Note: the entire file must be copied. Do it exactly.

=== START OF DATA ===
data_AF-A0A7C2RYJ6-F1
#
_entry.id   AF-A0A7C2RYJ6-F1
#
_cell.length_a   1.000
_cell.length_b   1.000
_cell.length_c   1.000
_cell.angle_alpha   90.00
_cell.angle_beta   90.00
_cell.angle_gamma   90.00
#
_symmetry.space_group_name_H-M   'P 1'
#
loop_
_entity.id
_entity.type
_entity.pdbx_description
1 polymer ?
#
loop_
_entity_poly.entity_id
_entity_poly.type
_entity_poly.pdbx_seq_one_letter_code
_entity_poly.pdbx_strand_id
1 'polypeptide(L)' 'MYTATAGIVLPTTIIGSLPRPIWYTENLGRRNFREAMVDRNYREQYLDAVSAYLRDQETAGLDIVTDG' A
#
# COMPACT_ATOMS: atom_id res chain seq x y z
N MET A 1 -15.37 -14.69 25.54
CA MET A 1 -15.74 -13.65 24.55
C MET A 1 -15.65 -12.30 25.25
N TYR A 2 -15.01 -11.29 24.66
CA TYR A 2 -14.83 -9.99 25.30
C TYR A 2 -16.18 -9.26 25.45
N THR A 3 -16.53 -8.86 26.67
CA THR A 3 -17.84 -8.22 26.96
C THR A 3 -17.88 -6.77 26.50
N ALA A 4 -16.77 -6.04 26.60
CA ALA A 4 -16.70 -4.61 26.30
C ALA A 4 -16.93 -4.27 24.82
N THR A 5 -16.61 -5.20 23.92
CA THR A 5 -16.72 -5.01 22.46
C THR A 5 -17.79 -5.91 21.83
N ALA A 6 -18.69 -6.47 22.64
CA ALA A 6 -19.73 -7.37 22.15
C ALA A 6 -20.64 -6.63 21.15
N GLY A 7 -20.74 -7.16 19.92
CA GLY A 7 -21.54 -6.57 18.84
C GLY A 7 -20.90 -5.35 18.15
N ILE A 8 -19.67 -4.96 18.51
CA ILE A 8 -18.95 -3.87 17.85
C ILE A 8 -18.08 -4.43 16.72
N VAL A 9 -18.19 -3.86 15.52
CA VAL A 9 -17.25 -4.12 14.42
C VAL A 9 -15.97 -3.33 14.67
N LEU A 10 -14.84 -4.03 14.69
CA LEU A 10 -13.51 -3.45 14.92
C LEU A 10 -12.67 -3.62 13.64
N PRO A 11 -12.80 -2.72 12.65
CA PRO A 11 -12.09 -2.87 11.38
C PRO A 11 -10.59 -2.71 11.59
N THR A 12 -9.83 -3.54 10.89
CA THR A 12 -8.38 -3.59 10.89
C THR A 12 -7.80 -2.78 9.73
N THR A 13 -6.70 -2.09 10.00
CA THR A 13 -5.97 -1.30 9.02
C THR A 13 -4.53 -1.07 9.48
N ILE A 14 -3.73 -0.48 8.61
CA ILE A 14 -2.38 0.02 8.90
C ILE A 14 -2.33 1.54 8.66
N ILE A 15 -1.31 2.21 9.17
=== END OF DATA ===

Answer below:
data_AF-A0A7C2RYJ6-F1
#
_entry.id   AF-A0A7C2RYJ6-F1
#
_cell.length_a   1.000
_cell.length_b   1.000
_cell.length_c   1.000
_cell.angle_alpha   90.00
_cell.angle_beta   90.00
_cell.angle_gamma   90.00
#
_symmetry.space_group_name_H-M   'P 1'
#
loop_
_entity.id
_entity.type
_entity.pdbx_description
1 polymer ?
#
loop_
_entity_poly.entity_id
_entity_poly.type
_entity_poly.pdbx_seq_one_letter_code
_entity_poly.pdbx_strand_id
1 'polypeptide(L)' 'MYTATAGIVLPTTIIGSLPRPIWYTENLGRRNFREAMVDRNYREQYLDAVSAYLRDQETAGLDIVTDG' A
#
# COMPACT_ATOMS: atom_id res chain seq x y z
N MET A 1 -15.37 -14.69 25.54
CA MET A 1 -15.74 -13.65 24.55
C MET A 1 -15.65 -12.30 25.25
N TYR A 2 -15.01 -11.29 24.66
CA TYR A 2 -14.83 -9.99 25.30
C TYR A 2 -16.18 -9.26 25.45
N THR A 3 -16.53 -8.86 26.67
CA THR A 3 -17.84 -8.22 26.96
C THR A 3 -17.88 -6.77 26.50
N ALA A 4 -16.77 -6.04 26.60
CA ALA A 4 -16.70 -4.61 26.30
C ALA A 4 -16.93 -4.27 24.82
N THR A 5 -16.61 -5.20 23.92
CA THR A 5 -16.72 -5.01 22.46
C THR A 5 -17.79 -5.91 21.83
N ALA A 6 -18.69 -6.47 22.64
CA ALA A 6 -19.73 -7.37 22.15
C ALA A 6 -20.64 -6.63 21.15
N GLY A 7 -20.74 -7.16 19.92
CA GLY A 7 -21.54 -6.57 18.84
C GLY A 7 -20.90 -5.35 18.15
N ILE A 8 -19.67 -4.96 18.51
CA ILE A 8 -18.95 -3.87 17.85
C ILE A 8 -18.08 -4.43 16.72
N VAL A 9 -18.19 -3.86 15.52
CA VAL A 9 -17.25 -4.12 14.42
C VAL A 9 -15.97 -3.33 14.67
N LEU A 10 -14.84 -4.03 14.69
CA LEU A 10 -13.51 -3.45 14.92
C LEU A 10 -12.67 -3.62 13.64
N PRO A 11 -12.80 -2.72 12.65
CA PRO A 11 -12.09 -2.87 11.38
C PRO A 11 -10.59 -2.71 11.59
N THR A 12 -9.83 -3.54 10.89
CA THR A 12 -8.38 -3.59 10.89
C THR A 12 -7.80 -2.78 9.73
N THR A 13 -6.70 -2.09 10.00
CA THR A 13 -5.97 -1.30 9.02
C THR A 13 -4.53 -1.07 9.48
N ILE A 14 -3.73 -0.48 8.61
CA ILE A 14 -2.38 0.02 8.90
C ILE A 14 -2.33 1.54 8.66
N ILE A 15 -1.31 2.21 9.17